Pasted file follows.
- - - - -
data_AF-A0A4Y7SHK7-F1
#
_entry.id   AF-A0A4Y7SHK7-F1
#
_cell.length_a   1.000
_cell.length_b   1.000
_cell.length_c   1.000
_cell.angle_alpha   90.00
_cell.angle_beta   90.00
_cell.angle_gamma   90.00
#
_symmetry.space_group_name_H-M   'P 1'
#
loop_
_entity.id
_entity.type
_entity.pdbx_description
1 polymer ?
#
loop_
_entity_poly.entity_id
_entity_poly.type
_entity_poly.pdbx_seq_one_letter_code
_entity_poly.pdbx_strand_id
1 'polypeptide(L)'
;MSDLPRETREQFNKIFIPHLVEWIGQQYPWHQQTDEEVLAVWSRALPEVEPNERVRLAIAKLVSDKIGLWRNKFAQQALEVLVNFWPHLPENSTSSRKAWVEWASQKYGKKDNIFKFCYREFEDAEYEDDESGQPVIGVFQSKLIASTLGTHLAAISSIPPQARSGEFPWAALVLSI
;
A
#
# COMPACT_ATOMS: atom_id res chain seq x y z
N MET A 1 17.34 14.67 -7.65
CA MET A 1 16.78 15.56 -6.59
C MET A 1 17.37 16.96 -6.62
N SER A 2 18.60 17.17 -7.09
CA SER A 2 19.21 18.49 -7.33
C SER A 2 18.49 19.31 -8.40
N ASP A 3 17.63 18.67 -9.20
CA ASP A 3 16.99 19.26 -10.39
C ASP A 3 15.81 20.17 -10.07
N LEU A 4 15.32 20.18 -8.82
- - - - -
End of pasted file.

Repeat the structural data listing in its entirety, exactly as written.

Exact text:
data_AF-A0A4Y7SHK7-F1
#
_entry.id   AF-A0A4Y7SHK7-F1
#
_cell.length_a   1.000
_cell.length_b   1.000
_cell.length_c   1.000
_cell.angle_alpha   90.00
_cell.angle_beta   90.00
_cell.angle_gamma   90.00
#
_symmetry.space_group_name_H-M   'P 1'
#
loop_
_entity.id
_entity.type
_entity.pdbx_description
1 polymer ?
#
loop_
_entity_poly.entity_id
_entity_poly.type
_entity_poly.pdbx_seq_one_letter_code
_entity_poly.pdbx_strand_id
1 'polypeptide(L)'
;MSDLPRETREQFNKIFIPHLVEWIGQQYPWHQQTDEEVLAVWSRALPEVEPNERVRLAIAKLVSDKIGLWRNKFAQQALEVLVNFWPHLPENSTSSRKAWVEWASQKYGKKDNIFKFCYREFEDAEYEDDESGQPVIGVFQSKLIASTLGTHLAAISSIPPQARSGEFPWAALVLSI
;
A
#
# COMPACT_ATOMS: atom_id res chain seq x y z
N MET A 1 17.34 14.67 -7.65
CA MET A 1 16.78 15.56 -6.59
C MET A 1 17.37 16.96 -6.62
N SER A 2 18.60 17.17 -7.09
CA SER A 2 19.21 18.49 -7.33
C SER A 2 18.49 19.31 -8.40
N ASP A 3 17.63 18.67 -9.20
CA ASP A 3 16.99 19.26 -10.39
C ASP A 3 15.81 20.17 -10.07
N LEU A 4 15.32 20.18 -8.82